- Organizations should regularly review the diversity, equality and inclusion of their leadership teams to ensure they are hiring and promoting the best person for the job. Also, review market data to ensure salary ranges are meeting local job market demands. This is a good time to make internal salary adjustments to current staff’s salaries to ensure internal equity and to help all employees remain competitive with the external job market.
Kaiwen Wan (CEO of Palapod)
- Men need to take up the cause. It should not simply be seen as a women’s issue but a human issue.
- Women need to create a global movement on the scale of #MeToo because wage inequality is a massive issue throughout the world. One of the things that brings the U.S. and China together in this time of tense relations, for instance, is the fact that both have yawning gaps in wages between men and women. If the men of both countries wish to fight each other, so be it — but I think women can come together.
- We need political candidates to bring the issue to the forefront. This election season in the U.S. is better because we have plenty of female candidates, but personally, I also strongly support Andrew Yang because his “freedom dividend” would bring monetary compensation for the unpaid work predominantly done by women in our society, such as childcare.
- We need more people to study the wage gap. When was the last time you heard of someone who double-majored in gender studies and economics, for instance.
- We need more female entrepreneurs! That’s part of the reason I’m building Palapod because women need to know they can build something, and not simply within the tech bubble either — it’s a whole society movement. The other reason it’s great to have female entrepreneurs is that female entrepreneurs are also female bosses, and female bosses likely aren’t going to pay women less.
Elizabeth Pearson (Executive Career Coach)
- Sustained action from businesses: Equal paternity leave for new dads so they can carry more childcare weight and free-up moms to go back to work.
- Government support: Affordable childcare for new and single mothers is critical to ensuring women return to the workforce.
- Awareness of biases: Companies will need to take a good look in the mirror, and at their payroll, to see if there may be underlying biases and sexism happening within their organizations.
- Women becoming skilled negotiators: The more confident and assertive women present themselves, the easier it will be to ask for what they need — and the less they’ll care about being “unlikable” to their boss.
- Parents overriding socialized norms for girls to be people pleasers and nurturing: When we empower our youth to see girls as equals, we raise men and women who expect to pay women at the same level as men.
Rona Borre (CEO of Instant Alliance)
1. I think the gender wage gap is caused by a combination of factors, the largest of them being institutionalized gender discrimination. Put simply, women have been paid less than men for years, and changing this standard will not happen overnight. I still can’t believe that it was less than 100 years ago that women earned the right to vote in our country, but that’s the way it is. Women have traditionally been seen as mothers first and breadwinners second, and even in modern-day America, this underlying perception of our roles in society persists. So we’re held up against this standard of being able to raise children while simultaneously excelling at the office. I don’t mean to blame all of this on men, either. We women hold ourselves and each other to extremely high standards, and we’re really hard on one another. If we’re too focused on our careers, we’re bad mothers and wives. If we’re too focused on raising our families, we aren’t putting enough effort in at work. And I think we hold ourselves back sometimes too. Whether we don’t think we’re good enough for the promotion we want, or we don’t think we’re qualified to be managing men, we sell ourselves short and actually get in our own way.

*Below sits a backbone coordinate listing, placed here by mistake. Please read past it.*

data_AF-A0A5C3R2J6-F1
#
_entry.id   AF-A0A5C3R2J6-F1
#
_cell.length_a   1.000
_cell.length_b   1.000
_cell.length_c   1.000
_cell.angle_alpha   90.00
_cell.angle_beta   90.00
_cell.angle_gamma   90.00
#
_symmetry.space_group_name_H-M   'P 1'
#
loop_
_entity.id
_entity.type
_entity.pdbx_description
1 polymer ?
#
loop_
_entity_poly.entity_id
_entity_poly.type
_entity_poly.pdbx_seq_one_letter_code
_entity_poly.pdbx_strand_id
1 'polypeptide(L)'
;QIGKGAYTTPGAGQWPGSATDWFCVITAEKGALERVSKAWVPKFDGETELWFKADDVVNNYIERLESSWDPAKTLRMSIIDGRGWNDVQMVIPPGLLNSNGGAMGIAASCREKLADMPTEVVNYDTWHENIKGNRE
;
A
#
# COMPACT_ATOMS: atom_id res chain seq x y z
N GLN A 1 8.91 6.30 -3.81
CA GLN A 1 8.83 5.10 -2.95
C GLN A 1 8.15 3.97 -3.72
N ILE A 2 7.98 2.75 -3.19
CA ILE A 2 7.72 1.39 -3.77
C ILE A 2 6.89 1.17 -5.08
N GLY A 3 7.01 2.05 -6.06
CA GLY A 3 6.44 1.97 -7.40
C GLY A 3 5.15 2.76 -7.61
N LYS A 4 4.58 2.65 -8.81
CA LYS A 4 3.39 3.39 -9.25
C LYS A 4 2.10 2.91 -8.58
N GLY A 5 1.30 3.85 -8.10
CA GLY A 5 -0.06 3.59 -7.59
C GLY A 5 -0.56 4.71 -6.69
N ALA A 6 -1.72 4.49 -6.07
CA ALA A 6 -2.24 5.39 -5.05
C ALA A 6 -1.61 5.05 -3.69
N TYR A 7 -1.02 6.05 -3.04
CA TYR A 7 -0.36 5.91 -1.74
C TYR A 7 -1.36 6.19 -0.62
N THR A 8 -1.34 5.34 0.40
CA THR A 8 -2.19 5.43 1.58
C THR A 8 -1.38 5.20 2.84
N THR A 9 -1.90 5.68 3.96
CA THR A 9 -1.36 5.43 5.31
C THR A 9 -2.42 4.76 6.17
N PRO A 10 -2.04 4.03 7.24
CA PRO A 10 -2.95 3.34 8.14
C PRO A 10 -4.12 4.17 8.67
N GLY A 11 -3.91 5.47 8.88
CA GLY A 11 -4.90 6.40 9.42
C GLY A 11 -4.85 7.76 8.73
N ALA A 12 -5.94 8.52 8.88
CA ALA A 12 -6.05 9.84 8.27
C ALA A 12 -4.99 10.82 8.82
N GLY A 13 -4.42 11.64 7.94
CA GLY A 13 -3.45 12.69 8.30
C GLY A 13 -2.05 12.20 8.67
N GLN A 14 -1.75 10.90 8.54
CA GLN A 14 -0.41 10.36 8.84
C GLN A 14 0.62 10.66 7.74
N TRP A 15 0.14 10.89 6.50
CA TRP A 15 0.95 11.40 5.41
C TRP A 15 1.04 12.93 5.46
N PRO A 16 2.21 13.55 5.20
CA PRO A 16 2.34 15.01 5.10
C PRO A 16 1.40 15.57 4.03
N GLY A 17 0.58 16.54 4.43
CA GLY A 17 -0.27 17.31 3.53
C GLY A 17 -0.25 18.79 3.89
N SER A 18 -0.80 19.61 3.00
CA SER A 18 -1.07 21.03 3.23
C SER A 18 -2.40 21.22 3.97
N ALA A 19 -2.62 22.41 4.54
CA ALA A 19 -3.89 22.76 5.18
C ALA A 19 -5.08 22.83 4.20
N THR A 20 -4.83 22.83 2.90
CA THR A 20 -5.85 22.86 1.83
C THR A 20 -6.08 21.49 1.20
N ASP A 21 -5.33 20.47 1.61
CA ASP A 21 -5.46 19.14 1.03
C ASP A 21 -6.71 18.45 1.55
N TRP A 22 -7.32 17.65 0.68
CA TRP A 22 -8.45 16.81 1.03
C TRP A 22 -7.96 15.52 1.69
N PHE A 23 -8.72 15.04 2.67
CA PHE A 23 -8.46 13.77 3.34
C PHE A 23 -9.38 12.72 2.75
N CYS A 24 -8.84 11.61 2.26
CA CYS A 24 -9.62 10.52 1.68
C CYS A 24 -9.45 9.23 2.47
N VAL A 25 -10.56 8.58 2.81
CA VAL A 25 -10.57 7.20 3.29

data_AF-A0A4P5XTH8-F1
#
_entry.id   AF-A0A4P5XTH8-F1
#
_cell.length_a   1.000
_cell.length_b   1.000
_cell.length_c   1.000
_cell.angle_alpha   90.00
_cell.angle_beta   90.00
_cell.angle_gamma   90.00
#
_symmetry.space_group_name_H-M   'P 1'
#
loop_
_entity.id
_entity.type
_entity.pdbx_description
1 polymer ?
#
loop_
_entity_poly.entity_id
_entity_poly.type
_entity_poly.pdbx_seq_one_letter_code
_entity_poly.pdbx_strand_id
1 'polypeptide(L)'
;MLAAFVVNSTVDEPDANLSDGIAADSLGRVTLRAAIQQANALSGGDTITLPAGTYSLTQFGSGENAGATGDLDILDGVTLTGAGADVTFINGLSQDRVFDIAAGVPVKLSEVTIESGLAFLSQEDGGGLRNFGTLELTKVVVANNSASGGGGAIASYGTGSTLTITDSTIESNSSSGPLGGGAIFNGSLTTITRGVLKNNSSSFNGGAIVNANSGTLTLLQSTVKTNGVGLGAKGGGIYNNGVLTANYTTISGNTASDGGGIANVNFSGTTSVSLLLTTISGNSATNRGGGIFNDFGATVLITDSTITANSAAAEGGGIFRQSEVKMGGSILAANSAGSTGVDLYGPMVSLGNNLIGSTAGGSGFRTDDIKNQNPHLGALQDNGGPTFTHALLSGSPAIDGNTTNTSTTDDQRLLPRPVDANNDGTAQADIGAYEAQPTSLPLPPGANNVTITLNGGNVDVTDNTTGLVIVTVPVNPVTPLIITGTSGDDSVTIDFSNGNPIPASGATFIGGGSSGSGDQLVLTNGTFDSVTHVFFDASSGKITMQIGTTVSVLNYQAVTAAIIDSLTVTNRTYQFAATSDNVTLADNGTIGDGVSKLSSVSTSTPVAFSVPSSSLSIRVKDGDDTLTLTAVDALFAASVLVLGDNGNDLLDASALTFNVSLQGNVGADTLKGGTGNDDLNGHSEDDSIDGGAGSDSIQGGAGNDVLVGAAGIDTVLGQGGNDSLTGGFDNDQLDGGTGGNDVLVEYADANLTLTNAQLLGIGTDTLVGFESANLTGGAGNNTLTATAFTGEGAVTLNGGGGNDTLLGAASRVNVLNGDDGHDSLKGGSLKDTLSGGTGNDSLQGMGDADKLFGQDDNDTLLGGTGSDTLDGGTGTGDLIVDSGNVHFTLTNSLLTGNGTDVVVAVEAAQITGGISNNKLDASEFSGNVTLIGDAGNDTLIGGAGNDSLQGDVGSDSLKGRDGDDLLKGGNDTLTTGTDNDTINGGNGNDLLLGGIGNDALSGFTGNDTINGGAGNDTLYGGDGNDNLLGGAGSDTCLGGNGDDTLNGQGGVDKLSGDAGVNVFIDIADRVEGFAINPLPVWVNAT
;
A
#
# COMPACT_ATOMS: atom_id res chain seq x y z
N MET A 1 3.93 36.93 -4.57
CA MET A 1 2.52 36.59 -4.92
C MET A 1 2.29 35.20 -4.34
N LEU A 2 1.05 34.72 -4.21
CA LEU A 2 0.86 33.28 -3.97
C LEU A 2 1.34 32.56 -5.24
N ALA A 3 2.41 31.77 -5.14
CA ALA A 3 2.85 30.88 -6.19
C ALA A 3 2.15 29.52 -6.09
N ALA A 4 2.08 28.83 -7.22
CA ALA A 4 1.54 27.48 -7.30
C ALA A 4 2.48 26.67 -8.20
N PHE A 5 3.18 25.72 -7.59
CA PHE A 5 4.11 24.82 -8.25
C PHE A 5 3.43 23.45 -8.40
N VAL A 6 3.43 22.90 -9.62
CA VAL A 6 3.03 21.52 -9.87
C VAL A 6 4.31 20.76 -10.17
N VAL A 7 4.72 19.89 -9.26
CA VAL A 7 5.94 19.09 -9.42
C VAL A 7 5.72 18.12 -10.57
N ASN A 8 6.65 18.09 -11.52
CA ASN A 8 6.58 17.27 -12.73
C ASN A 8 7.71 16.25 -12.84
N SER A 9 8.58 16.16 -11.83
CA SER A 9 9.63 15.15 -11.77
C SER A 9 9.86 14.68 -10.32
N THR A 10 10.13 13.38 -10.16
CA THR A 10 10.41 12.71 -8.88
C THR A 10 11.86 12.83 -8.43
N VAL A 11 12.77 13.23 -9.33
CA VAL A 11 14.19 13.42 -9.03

2. I would challenge women first to start pursuing the jobs that they are passionate about, whether or not those jobs fall within traditionally male-dominated fields. I started in the tech world at a young age and worked really hard to get to where I am today, but I realize how intimidating those industries can be. Success in these fields for women isn’t impossible, but I think too many of us women assume it won’t be worth the hard work. We think that we won’t be considered for a role because of our gender or will be immediately out-qualified by the men in the room. This is evident in the fact that women only apply for jobs they are 100 percent qualified for, while men apply for jobs even if they only meet 60 percent of the required skills. We need to start giving ourselves more credit and demanding the respect and job recognition that we deserve.
3. We need to support one another. We need to make sure both men and women alike are supporting women in their endeavors in these traditionally male fields. That being said, if we’re going to ask that men respect us in our careers, we need to make sure we as women as giving each other that support and respect as well. I see way too many situations in which women are tearing each other down, and it is so frustrating. We’re all up against the same obstacles, and the last thing we need is to add further challenges for our female counterparts.